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Full text of "The History Of Western Education"

THE EIGHTEENTH CENTURY              323

evolutionary stages similar to those exemplified in the growth of
a plant, Pestalozzi perceived that there existed an intimate relation
between the development of humanity as a whole and the develop-
ment of the individual human being, and so was able to give a
new meaning and value to the process of individual education.
In this way he was led beyond the individualism of Rousseau to
a more adequate conception of the dependence of the child on
society for the stimulus to personal growth in mind and spirit.
The teacher, therefore, occupies a more important place in his
scheme, and the necessity for an Art of Education to mediate
between the child and society, and to bring the child up to the
adult level, is more clearly recognized.

But the advance made by Pestalozzi was by no means confined
to such theoretical considerations as these. Pe§falo&si was first
and foremost a practical man, with his mind set on the reform
of educational practice; and some of his most influential contri-
butions to. education ^ere.made in the sphere of method where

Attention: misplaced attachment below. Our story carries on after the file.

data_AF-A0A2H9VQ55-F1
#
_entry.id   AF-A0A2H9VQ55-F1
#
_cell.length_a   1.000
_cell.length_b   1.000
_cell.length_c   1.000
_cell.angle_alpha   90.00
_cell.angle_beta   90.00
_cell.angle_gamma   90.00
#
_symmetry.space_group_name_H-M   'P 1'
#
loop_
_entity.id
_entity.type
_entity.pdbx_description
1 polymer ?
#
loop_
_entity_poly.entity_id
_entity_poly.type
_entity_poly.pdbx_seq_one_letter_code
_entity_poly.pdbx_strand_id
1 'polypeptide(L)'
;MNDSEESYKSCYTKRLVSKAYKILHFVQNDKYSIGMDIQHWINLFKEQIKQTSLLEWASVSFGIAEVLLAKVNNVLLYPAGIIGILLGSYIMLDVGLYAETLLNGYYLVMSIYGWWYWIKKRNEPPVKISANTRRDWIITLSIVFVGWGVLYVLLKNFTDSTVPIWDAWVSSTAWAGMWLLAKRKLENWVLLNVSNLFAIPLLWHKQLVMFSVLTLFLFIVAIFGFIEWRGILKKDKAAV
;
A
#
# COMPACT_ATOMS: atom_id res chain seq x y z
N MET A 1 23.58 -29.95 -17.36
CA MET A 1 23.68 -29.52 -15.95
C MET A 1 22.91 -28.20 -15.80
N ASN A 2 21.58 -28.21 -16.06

he worked in greatest independence of Rousseau. In this respect
his treatment of the first stages in the training of the child were
most valuable. The question with which he began, both with
regard to knowing and doing, concerned the elements of instruc-
tion. In respect of knowledge — with which he mainly deals in
Haw Gertrude Teaches Her Children — he was inclined at first to
follow the common opinion and take reading, writing and arith-
fiiettc as the elements ; but further reflection showed that each
of~these presupposed something still simpler. Beforejthe child
reads he speaks, before he writes he draws^and so on. Ultimately,
^her sawTEat the starting-points in the various branches^of instruc-
tion must be determined by the general course taken by the mind
in itsTgrowth ; and liere it seemed to him there

marked stages. T^jnind begins with vague sense impressions.
'^Jp^^orld^ lies before our eyes %e_a sea of confused seTSsel^-
pressions. flowing into one another." ^Then the sense impressions

ijT-wiv-- . — ***   ^,.^^,-^Q--** ^> ~-.   ,-     ^ -^vK>vr&          •»*• --- - -       „         ,--,-  -, ------ fZ— >•-•   - --

grow distinct : certain objects begins to stand outjrom^ the mass
drseii^tfbSs, and to take incfivrdual fbrriTas units of experience.
Arffieliext stage in the evolution these distinct impressions turn
clear. Clearness imgliesjiiat the fonnjtnd other sensory qualities
^oFtfiingglSrn^                             by "Sbe,^^i^^r^ is the

'jSEaygSSmj^^TT^ie^ chlra^eFpfthings is still unfenownT
TEFcSoapletion of the process of mental growth is effected when